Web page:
Methods/design
This paper presents the protocol of a randomized controlled trial to test the efficacy of an integrated CBT protocol aimed at reducing SUD as well as ADHD symptoms in SUD patients with a comorbid diagnosis of ADHD. The experimental group receives 15 CBT sessions directed at symptom reduction of SUD as well as ADHD. The control group receives treatment as usual, i.e. 10 CBT sessions directed at symptom reduction of SUD only. The primary outcome is the level of self-reported ADHD symptoms. Secondary outcomes include measures of substance use, depression and anxiety, quality of life, health care consumption and neuropsychological functions.
Discussion
This is the first randomized controlled trial to test the efficacy of an integrated CBT protocol for adult SUD patients with a comorbid diagnosis of ADHD. The rationale for the trial, the design, and the strengths and limitations of the study are discussed.
Trial registration
This trial is registered in http://www.clinicaltrials.gov as NCT01431235.
doi:10.1186/1471-244X-13-132
PMCID: PMC3659028  PMID: 23663651
ADHD; SUD; Cognitive behavioral therapy; Adult; Integrated treatment
8.  Can a One-Item Mood Scale Do the Trick? Predicting Relapse over 5.5-Years in Recurrent Depression 
PLoS ONE  2012;7(10):e46796.
Background
To examine whether a simple Visual Analogue Mood Scale (VAMS) is able to predict time to relapse over 5.5-years.
Methodology/Principal Findings
187 remitted recurrently depressed out-patients were interviewed using the Structured Clinical Interview for DSM-IV Axis I Disorders (SCID-I) and the 17-item Hamilton Depression rating scale (HAM-D) to verify remission status (HAM-D <10). All patients rated their current mood with the help of a Visual Analogue Mood Scale (VAMS) at baseline and at a follow-up assessment three months later. Relapse over 5.5-years was assessed by the SCID-I. Cox regression revealed that both the VAMS at baseline and three months later significantly predicted time to relapse over 5.5-years. Baseline VAMS even predicted time to relapse when the number of previous depressive episodes and HAM-D scores were controlled for. The baseline VAMS explained 6.3% of variance in time to relapse, comparable to the HAM-D interview.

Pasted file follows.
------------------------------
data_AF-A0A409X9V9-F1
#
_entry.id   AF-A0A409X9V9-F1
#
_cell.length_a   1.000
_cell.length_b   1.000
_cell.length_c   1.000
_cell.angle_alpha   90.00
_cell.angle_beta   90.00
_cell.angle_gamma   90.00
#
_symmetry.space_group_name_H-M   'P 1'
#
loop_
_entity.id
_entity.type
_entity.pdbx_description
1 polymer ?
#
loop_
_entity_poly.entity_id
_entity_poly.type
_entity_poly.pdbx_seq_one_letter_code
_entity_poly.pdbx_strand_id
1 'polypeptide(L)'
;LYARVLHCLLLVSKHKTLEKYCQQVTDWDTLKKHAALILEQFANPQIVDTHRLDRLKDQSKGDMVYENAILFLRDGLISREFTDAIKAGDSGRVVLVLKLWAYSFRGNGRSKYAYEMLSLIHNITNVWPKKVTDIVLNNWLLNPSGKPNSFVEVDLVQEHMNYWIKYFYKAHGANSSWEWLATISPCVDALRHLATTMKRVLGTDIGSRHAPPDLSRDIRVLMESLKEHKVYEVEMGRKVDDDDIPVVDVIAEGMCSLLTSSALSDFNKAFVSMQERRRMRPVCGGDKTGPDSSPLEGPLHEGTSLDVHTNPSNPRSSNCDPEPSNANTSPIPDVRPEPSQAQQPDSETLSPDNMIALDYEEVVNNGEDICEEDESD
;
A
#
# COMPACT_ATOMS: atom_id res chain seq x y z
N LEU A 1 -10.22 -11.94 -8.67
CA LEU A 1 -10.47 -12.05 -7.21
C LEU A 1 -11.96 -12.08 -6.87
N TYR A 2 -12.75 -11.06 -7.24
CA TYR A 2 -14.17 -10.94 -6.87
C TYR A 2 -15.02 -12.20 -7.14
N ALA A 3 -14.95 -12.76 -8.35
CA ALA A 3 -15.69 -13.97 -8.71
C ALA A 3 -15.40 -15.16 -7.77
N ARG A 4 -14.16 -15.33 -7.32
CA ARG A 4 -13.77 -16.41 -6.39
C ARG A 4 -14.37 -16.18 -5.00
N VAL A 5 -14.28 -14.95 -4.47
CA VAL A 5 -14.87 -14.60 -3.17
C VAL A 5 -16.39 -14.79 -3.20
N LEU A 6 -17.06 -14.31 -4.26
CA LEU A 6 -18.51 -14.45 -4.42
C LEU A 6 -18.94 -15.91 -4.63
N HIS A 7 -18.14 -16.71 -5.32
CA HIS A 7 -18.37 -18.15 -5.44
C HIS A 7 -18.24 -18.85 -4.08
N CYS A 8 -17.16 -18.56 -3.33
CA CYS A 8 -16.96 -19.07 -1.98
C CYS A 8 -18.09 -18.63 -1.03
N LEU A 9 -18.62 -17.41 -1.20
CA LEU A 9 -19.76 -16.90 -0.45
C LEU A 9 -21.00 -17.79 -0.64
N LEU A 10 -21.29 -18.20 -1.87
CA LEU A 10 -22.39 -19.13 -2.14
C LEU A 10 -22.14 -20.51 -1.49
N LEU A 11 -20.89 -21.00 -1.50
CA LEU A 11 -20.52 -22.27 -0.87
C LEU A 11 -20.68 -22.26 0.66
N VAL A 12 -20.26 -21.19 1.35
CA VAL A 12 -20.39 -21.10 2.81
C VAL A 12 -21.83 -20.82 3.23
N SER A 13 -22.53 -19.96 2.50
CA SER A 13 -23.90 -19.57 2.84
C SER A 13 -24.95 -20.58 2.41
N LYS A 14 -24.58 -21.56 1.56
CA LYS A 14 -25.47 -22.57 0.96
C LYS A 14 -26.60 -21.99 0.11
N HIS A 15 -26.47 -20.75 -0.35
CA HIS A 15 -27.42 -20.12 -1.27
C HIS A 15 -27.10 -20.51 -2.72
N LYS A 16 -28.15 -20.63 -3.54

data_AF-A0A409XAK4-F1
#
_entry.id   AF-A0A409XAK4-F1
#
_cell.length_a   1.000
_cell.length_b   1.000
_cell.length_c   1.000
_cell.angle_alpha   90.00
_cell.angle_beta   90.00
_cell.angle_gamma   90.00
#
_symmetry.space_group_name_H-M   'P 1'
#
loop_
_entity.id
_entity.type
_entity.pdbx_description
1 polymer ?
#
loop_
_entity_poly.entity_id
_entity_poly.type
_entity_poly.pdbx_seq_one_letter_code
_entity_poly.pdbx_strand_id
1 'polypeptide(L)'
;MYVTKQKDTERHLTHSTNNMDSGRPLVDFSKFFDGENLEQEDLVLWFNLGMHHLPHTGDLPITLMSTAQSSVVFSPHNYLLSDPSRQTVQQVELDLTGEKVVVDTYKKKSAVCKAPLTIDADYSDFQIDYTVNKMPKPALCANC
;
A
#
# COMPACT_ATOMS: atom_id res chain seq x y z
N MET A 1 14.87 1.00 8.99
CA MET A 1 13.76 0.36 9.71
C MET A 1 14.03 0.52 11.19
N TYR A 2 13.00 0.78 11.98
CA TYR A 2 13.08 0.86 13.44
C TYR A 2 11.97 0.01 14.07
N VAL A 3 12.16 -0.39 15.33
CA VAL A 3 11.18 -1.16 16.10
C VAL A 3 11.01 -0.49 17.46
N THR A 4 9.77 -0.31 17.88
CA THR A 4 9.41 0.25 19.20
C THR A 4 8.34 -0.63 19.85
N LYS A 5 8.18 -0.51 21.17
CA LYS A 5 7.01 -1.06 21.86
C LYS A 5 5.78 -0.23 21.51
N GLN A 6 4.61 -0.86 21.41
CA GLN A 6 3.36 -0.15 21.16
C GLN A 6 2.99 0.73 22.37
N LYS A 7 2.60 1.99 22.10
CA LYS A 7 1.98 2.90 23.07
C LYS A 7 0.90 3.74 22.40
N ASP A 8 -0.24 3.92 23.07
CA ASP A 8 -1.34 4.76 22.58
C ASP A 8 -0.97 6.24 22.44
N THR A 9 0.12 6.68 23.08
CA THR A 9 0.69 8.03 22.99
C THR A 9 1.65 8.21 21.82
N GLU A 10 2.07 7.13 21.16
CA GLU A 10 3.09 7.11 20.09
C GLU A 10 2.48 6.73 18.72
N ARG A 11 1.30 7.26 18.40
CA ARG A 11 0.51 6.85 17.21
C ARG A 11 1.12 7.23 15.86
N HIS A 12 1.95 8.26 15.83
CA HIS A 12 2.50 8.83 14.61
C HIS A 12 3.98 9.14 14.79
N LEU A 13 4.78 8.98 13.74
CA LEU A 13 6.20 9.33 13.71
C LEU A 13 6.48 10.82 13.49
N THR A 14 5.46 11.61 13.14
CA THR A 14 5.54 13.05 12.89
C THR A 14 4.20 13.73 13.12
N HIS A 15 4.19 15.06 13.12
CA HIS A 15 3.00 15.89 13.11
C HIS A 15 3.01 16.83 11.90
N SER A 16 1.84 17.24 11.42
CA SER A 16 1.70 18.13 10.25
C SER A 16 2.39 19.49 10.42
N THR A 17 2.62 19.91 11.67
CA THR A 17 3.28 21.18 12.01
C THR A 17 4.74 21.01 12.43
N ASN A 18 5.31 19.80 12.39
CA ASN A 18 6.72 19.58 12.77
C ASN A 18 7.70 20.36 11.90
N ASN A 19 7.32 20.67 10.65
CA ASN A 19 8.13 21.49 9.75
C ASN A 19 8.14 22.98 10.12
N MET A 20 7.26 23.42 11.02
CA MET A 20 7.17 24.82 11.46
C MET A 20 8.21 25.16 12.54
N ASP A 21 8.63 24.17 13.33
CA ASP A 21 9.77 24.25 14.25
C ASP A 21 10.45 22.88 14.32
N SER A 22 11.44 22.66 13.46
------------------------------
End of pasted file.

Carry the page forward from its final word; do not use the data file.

Conclusions/Significance
Sad mood after remission appears to play a pivotal role in the course of depression. Since a simple VAMS predicted time to relapse, the VAMS might be an easy and time-effective way to monitor mood and risk of early relapse, and offers possibilities for daily monitoring using e-mail and SMS.
Trial Registration
International Standard Randomized Controlled Trial Register Identifier: ISRCTN68246470.
doi:10.1371/journal.pone.0046796
PMCID: PMC3463530  PMID: 23056456
9.  Towards a New Definition of Return-to-Work Outcomes in Common Mental Disorders from a Multi-Stakeholder Perspective 
PLoS ONE  2012;7(6):e39947.
Objectives
To examine the perspectives of key stakeholders involved in the return-to-work (RTW) process regarding the definition of successful RTW outcome after sickness absence related to common mental disorders (CMD’s).
Methods
A mixed-method design was used: First, we used qualitative methods (focus groups, interviews) to identify a broad range of criteria important for the definition of successful RTW (N = 57). Criteria were grouped into content-related clusters. Second, we used a quantitative approach (online questionnaire) to identify, among a larger stakeholder sample (N = 178), the clusters and criteria most important for successful RTW.
Results
A total of 11 clusters, consisting of 52 unique criteria, were identified. In defining successful RTW, supervisors and occupational physicians regarded “Sustainability” and “At-work functioning” most important, while employees regarded “Sustainability,” “Job satisfaction,” “Work-home balance,” and “Mental Functioning” most important. Despite agreement on the importance of certain criteria, considerable differences among stakeholders were observed.
Conclusions
Key stakeholders vary in the aspects and criteria they regard as important when defining successful RTW after CMD-related sickness absence. Current definitions of RTW outcomes used in scientific research may not accurately reflect these key stakeholder perspectives. Future studies should be more aware of the perspective from which they aim to evaluate the effectiveness of a RTW intervention, and define their RTW outcomes accordingly.